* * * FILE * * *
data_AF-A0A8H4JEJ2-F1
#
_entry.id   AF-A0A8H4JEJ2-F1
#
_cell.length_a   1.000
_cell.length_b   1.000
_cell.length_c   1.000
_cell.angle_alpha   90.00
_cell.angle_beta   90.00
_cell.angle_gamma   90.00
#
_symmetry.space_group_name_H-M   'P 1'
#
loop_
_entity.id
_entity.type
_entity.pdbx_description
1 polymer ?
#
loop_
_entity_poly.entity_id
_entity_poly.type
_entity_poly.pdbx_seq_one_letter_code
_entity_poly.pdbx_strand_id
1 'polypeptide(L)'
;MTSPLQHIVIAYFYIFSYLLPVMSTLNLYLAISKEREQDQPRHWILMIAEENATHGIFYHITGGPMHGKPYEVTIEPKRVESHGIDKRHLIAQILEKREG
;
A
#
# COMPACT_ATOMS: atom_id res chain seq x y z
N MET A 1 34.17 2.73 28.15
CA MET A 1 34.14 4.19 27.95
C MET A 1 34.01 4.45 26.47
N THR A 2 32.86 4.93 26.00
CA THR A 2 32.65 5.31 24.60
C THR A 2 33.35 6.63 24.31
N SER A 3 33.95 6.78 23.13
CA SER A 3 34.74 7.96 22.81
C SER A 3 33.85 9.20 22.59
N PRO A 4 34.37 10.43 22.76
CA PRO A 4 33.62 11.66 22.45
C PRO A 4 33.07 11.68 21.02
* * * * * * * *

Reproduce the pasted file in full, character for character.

data_AF-A0A8H4JEJ2-F1
#
_entry.id   AF-A0A8H4JEJ2-F1
#
_cell.length_a   1.000
_cell.length_b   1.000
_cell.length_c   1.000
_cell.angle_alpha   90.00
_cell.angle_beta   90.00
_cell.angle_gamma   90.00
#
_symmetry.space_group_name_H-M   'P 1'
#
loop_
_entity.id
_entity.type
_entity.pdbx_description
1 polymer ?
#
loop_
_entity_poly.entity_id
_entity_poly.type
_entity_poly.pdbx_seq_one_letter_code
_entity_poly.pdbx_strand_id
1 'polypeptide(L)'
;MTSPLQHIVIAYFYIFSYLLPVMSTLNLYLAISKEREQDQPRHWILMIAEENATHGIFYHITGGPMHGKPYEVTIEPKRVESHGIDKRHLIAQILEKREG
;
A
#
# COMPACT_ATOMS: atom_id res chain seq x y z
N MET A 1 34.17 2.73 28.15
CA MET A 1 34.14 4.19 27.95
C MET A 1 34.01 4.45 26.47
N THR A 2 32.86 4.93 26.00
CA THR A 2 32.65 5.31 24.60
C THR A 2 33.35 6.63 24.31
N SER A 3 33.95 6.78 23.13
CA SER A 3 34.74 7.96 22.81
C SER A 3 33.85 9.20 22.59
N PRO A 4 34.37 10.43 22.76
CA PRO A 4 33.62 11.66 22.45
C PRO A 4 33.07 11.68 21.02